Central Mesic Cold-Slope Hardwood-Conifer Forest - MHc38
Hardwood-conifer forests on steep north-facing bluffs, often associated with algific talus slopes where cold air vents enhance the cool, moist microclimate of the community. Characterized by northern species otherwise absent in southeastern Minnesota.
MHc38 forests are a rare hardwood community located exclusively in south-east Minnesota (see map, 7 relevés, 1 ECS worksheet). All occurrences of the MHc38 community are found in the Paleozoic Plateau (PPL) section within the Elba Slopes land type association.
Due to the rarity of this community, data are too limited to provide tree suitability, climate change response, tree establishment & recruitment, natural disturbance, stand dynamics & growth stage, and silvicultural strategies sections. If you are managing this native plant community, please refer to the MHs38 – Southern Mesic Oak-Basswood Forest webpage.
Vegetation structure and composition
Description is based on summary of vegetation data from 7 plots (relevés).
- Moss layer is variable; mosses and liverworts often form thick carpets over moist soil and rock. Northern species otherwise rare in southeastern Minnesota are often present.
- Ground-layer cover is generally patchy to interrupted (25-75%), with some of the patchiness due to presence of sparsely vegetated bedrock outcrops. Important species include nodding wild onion (Allium cernuum), bulbet fern (Cystopteris bulbifera), rose twisted stalk (Streptopus lanceolatus), alpine enchanter’s nightshade (Circaea alpina), columbine (Aquilegia canadensis), maidenhair fern (Adiantum pedatum), bunchberry (Cornus canadensis), and on bedrock outcrops common polypody (Polypodium virginianum) and slender cliff brake (Cryptogramma stelleri). Other common species include early meadow-rue (Thalictrum dioicum), wild ginger (Asarum canadense), zigzag goldenrod (Solidago flexicaulis), Canada mayflower (Maianthemum canadense), and sharp-lobed hepatica (Anemone acutiloba).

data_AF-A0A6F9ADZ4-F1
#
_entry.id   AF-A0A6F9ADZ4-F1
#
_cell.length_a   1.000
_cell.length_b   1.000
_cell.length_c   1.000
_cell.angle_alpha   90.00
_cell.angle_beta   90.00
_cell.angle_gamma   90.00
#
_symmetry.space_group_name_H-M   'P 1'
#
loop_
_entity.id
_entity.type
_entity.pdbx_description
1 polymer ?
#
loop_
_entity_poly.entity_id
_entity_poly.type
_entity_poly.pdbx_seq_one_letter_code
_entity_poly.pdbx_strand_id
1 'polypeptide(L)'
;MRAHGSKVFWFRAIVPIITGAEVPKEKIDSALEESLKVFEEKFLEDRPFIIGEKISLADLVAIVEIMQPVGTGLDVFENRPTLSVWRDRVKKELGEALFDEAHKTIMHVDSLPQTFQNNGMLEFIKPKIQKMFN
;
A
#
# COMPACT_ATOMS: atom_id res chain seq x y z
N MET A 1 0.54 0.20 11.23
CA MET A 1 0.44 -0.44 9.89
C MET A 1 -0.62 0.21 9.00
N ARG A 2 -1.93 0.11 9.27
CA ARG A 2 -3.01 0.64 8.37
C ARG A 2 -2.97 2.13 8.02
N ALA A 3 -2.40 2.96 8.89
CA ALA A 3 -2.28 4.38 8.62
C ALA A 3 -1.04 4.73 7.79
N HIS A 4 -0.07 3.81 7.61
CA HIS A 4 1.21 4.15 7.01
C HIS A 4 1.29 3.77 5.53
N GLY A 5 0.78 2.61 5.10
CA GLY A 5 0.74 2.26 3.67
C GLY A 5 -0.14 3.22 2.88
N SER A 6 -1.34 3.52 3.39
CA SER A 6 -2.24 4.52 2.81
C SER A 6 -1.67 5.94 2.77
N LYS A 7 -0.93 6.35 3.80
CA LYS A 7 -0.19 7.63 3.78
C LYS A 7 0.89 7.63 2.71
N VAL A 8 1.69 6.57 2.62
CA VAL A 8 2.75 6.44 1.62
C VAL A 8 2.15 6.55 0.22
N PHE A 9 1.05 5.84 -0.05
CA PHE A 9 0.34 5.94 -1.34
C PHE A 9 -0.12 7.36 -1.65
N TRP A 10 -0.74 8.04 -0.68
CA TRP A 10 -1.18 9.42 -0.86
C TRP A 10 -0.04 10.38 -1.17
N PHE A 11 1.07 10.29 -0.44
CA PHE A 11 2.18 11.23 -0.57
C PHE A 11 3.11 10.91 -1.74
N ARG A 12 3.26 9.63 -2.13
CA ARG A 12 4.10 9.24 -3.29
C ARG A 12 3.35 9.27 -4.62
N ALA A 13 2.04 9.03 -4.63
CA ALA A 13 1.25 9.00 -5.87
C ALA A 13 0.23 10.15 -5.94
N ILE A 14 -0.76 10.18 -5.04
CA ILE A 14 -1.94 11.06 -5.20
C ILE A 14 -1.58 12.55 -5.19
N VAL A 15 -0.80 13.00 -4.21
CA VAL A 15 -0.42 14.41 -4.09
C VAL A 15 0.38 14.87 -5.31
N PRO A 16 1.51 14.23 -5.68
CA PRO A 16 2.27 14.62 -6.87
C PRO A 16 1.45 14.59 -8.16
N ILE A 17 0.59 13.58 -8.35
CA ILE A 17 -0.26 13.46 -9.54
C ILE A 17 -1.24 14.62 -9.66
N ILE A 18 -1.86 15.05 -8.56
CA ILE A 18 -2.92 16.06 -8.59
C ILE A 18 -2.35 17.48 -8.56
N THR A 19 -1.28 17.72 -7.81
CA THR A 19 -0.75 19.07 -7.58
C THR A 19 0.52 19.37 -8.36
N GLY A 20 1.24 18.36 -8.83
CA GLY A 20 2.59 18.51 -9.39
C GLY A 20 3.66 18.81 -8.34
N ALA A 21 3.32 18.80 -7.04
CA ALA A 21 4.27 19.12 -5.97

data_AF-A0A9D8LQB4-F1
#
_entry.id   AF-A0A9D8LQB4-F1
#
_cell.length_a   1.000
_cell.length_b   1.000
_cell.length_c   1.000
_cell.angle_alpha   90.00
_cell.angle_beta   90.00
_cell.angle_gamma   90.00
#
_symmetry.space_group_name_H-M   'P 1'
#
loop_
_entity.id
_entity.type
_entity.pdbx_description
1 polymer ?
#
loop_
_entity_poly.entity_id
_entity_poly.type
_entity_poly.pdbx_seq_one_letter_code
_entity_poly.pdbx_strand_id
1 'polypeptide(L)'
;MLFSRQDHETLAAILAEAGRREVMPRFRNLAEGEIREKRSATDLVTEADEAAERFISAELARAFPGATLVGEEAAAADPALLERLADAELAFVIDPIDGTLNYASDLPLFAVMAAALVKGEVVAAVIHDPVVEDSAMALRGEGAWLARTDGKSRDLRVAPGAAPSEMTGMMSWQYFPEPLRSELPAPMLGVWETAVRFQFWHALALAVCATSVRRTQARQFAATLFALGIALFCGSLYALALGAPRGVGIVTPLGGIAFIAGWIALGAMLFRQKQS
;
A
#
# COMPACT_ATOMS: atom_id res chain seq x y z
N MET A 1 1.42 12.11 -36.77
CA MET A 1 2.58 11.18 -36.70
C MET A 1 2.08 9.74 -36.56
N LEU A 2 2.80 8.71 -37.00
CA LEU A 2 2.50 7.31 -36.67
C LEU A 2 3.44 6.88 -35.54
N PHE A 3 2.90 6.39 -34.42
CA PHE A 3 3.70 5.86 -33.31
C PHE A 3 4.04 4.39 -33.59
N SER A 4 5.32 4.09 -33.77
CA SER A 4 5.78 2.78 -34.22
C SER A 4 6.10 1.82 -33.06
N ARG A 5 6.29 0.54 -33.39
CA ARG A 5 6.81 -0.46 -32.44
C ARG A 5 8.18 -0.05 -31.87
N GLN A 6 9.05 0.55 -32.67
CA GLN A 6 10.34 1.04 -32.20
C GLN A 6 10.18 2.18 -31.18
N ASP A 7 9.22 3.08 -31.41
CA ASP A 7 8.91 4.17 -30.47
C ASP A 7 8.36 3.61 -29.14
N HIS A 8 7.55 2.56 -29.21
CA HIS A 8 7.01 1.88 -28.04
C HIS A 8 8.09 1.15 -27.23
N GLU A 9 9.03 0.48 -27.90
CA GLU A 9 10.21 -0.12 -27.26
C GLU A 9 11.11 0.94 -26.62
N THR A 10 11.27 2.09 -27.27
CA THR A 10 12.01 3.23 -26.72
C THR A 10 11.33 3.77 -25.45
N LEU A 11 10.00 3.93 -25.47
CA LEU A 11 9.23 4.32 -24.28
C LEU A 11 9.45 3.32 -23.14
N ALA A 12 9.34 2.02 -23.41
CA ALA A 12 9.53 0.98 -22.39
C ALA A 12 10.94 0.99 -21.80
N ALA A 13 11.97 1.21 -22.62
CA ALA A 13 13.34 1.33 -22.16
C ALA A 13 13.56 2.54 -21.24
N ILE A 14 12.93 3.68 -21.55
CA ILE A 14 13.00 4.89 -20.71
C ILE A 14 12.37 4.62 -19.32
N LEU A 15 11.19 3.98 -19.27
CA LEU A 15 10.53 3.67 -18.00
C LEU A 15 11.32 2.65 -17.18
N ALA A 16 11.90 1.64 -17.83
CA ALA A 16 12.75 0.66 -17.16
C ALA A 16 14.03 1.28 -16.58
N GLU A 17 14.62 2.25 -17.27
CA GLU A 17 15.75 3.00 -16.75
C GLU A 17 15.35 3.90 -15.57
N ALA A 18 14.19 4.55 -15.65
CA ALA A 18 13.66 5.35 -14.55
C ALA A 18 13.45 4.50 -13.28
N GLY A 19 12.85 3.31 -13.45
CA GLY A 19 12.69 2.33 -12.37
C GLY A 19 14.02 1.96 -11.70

- Shrub-layer cover is variable, ranging from patchy to continuous (25-100%). Important shrubs and tree saplings include balsam fir. Canada yew (Taxus canadensis) common and red-berried elders (Sambucus canadensis and S. racemosa), highbush cranberry (Viburnum trilobum), dwarf alder (Rhamnus alnifolia) and white pine. Other common species include sugar maple, basswood, blue beech, chokecherry (Prunus virginiana), and downy arrowwood (Viburnum rafinesquianum).
- Subcanopy cover is generally interrupted to continuous (50-100%). Balsam fir and yellow birch are strong indicators of the community. Other common species include sugar maple, ironwood, basswood, blue beech, and paper birch.
- Canopy cover is mostly patchy to interrupted (25-75%). White pine, yellow birch, and balsam fir are strong indicators of the community. Other common species include sugar maple, white oak, northern red oak, basswood, and paper birch.
Landscape setting and soils
- Steep, loess-covered bedrock bluffs-Rare. Restricted to extremely steep, northeast- to northwest-facing, lower to middle slopes of bedrock bluffs. Most occurrences are in deep, narrow valleys where the underlying bedrock is predominantly limestone or dolomite. Substrate is naturally eroding, and outcrops of bedrock (including cliffs) and talus (small to large colluvial boulders) are commonly present. Parent material is wind-deposited silt (loess) that is generally less than 30in (75cm) deep and locally often much shallower. Deeper soils are well drained. Soil moisture regime is fresh. (Blufflands in PPL)